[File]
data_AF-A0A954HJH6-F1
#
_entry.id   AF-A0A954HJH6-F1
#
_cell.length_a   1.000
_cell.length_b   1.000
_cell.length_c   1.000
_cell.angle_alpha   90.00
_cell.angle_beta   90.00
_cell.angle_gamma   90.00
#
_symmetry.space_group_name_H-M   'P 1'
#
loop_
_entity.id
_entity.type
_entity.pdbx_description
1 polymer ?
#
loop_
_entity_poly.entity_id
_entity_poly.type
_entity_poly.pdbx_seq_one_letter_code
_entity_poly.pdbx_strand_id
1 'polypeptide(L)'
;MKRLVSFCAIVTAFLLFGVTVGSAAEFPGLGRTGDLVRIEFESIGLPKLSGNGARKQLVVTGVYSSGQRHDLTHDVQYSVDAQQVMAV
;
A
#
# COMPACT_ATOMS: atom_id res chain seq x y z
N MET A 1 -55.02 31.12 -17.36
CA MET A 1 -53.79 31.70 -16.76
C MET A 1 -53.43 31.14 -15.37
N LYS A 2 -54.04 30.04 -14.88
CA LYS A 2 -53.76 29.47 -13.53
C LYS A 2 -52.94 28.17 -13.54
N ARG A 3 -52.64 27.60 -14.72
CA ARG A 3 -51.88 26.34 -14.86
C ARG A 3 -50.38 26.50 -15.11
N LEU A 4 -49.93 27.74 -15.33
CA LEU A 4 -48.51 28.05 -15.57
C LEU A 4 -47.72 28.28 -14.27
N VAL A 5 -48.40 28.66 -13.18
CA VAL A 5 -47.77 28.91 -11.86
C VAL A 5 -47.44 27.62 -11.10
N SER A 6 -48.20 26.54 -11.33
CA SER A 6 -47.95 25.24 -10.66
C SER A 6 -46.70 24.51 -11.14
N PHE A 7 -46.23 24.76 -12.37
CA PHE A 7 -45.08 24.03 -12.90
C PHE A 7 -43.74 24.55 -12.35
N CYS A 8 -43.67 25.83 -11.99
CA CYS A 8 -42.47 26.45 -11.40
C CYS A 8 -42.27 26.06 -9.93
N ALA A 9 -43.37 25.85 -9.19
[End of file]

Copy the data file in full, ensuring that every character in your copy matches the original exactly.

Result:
data_AF-A0A954HJH6-F1
#
_entry.id   AF-A0A954HJH6-F1
#
_cell.length_a   1.000
_cell.length_b   1.000
_cell.length_c   1.000
_cell.angle_alpha   90.00
_cell.angle_beta   90.00
_cell.angle_gamma   90.00
#
_symmetry.space_group_name_H-M   'P 1'
#
loop_
_entity.id
_entity.type
_entity.pdbx_description
1 polymer ?
#
loop_
_entity_poly.entity_id
_entity_poly.type
_entity_poly.pdbx_seq_one_letter_code
_entity_poly.pdbx_strand_id
1 'polypeptide(L)'
;MKRLVSFCAIVTAFLLFGVTVGSAAEFPGLGRTGDLVRIEFESIGLPKLSGNGARKQLVVTGVYSSGQRHDLTHDVQYSVDAQQVMAV
;
A
#
# COMPACT_ATOMS: atom_id res chain seq x y z
N MET A 1 -55.02 31.12 -17.36
CA MET A 1 -53.79 31.70 -16.76
C MET A 1 -53.43 31.14 -15.37
N LYS A 2 -54.04 30.04 -14.88
CA LYS A 2 -53.76 29.47 -13.53
C LYS A 2 -52.94 28.17 -13.54
N ARG A 3 -52.64 27.60 -14.72
CA ARG A 3 -51.88 26.34 -14.86
C ARG A 3 -50.38 26.50 -15.11
N LEU A 4 -49.93 27.74 -15.33
CA LEU A 4 -48.51 28.05 -15.57
C LEU A 4 -47.72 28.28 -14.27
N VAL A 5 -48.40 28.66 -13.18
CA VAL A 5 -47.77 28.91 -11.86
C VAL A 5 -47.44 27.62 -11.10
N SER A 6 -48.20 26.54 -11.33
CA SER A 6 -47.95 25.24 -10.66
C SER A 6 -46.70 24.51 -11.14
N PHE A 7 -46.23 24.76 -12.37
CA PHE A 7 -45.08 24.03 -12.90
C PHE A 7 -43.74 24.55 -12.35
N CYS A 8 -43.67 25.83 -11.99
CA CYS A 8 -42.47 26.45 -11.40
C CYS A 8 -42.27 26.06 -9.93
N ALA A 9 -43.37 25.85 -9.19